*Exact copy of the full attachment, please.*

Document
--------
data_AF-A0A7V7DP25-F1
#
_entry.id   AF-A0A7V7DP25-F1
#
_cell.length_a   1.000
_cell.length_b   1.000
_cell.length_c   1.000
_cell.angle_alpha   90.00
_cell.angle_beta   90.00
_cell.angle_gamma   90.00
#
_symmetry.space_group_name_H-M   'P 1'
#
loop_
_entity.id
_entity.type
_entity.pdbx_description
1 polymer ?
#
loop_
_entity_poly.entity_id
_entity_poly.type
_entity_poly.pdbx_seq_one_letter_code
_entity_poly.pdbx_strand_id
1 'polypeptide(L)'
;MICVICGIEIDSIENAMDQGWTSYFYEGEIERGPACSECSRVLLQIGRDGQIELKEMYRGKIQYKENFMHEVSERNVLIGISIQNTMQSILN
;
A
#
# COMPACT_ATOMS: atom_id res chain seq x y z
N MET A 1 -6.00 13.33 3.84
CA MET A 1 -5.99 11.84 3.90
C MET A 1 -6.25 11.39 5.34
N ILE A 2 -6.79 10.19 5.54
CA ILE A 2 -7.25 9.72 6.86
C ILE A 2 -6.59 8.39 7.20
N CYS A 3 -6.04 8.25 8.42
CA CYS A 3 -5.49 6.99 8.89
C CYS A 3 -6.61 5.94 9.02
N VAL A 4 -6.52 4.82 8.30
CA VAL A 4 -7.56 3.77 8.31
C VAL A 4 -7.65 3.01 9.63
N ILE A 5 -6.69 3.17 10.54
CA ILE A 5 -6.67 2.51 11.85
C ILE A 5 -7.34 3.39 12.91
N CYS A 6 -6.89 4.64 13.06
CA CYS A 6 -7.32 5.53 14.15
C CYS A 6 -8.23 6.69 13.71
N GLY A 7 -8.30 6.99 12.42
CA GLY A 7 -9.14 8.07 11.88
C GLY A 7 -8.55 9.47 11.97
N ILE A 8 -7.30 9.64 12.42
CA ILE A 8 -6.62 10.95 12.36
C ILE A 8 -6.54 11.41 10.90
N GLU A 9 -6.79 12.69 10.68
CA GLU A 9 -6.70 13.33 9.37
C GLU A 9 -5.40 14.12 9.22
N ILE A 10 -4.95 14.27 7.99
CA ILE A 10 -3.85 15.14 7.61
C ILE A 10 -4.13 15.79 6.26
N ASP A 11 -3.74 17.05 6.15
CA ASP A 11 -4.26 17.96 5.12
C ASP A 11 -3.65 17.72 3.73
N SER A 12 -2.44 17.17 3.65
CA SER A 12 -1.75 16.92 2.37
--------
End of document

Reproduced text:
data_AF-A0A7V7DP25-F1
#
_entry.id   AF-A0A7V7DP25-F1
#
_cell.length_a   1.000
_cell.length_b   1.000
_cell.length_c   1.000
_cell.angle_alpha   90.00
_cell.angle_beta   90.00
_cell.angle_gamma   90.00
#
_symmetry.space_group_name_H-M   'P 1'
#
loop_
_entity.id
_entity.type
_entity.pdbx_description
1 polymer ?
#
loop_
_entity_poly.entity_id
_entity_poly.type
_entity_poly.pdbx_seq_one_letter_code
_entity_poly.pdbx_strand_id
1 'polypeptide(L)'
;MICVICGIEIDSIENAMDQGWTSYFYEGEIERGPACSECSRVLLQIGRDGQIELKEMYRGKIQYKENFMHEVSERNVLIGISIQNTMQSILN
;
A
#
# COMPACT_ATOMS: atom_id res chain seq x y z
N MET A 1 -6.00 13.33 3.84
CA MET A 1 -5.99 11.84 3.90
C MET A 1 -6.25 11.39 5.34
N ILE A 2 -6.79 10.19 5.54
CA ILE A 2 -7.25 9.72 6.86
C ILE A 2 -6.59 8.39 7.20
N CYS A 3 -6.04 8.25 8.42
CA CYS A 3 -5.49 6.99 8.89
C CYS A 3 -6.61 5.94 9.02
N VAL A 4 -6.52 4.82 8.30
CA VAL A 4 -7.56 3.77 8.31
C VAL A 4 -7.65 3.01 9.63
N ILE A 5 -6.69 3.17 10.54
CA ILE A 5 -6.67 2.51 11.85
C ILE A 5 -7.34 3.39 12.91
N CYS A 6 -6.89 4.64 13.06
CA CYS A 6 -7.32 5.53 14.15
C CYS A 6 -8.23 6.69 13.71
N GLY A 7 -8.30 6.99 12.42
CA GLY A 7 -9.14 8.07 11.88
C GLY A 7 -8.55 9.47 11.97
N ILE A 8 -7.30 9.64 12.42
CA ILE A 8 -6.62 10.95 12.36
C ILE A 8 -6.54 11.41 10.90
N GLU A 9 -6.79 12.69 10.68
CA GLU A 9 -6.70 13.33 9.37
C GLU A 9 -5.40 14.12 9.22
N ILE A 10 -4.95 14.27 7.99
CA ILE A 10 -3.85 15.14 7.61
C ILE A 10 -4.13 15.79 6.26
N ASP A 11 -3.74 17.05 6.15
CA ASP A 11 -4.26 17.96 5.12
C ASP A 11 -3.65 17.72 3.73
N SER A 12 -2.44 17.17 3.65
CA SER A 12 -1.75 16.92 2.37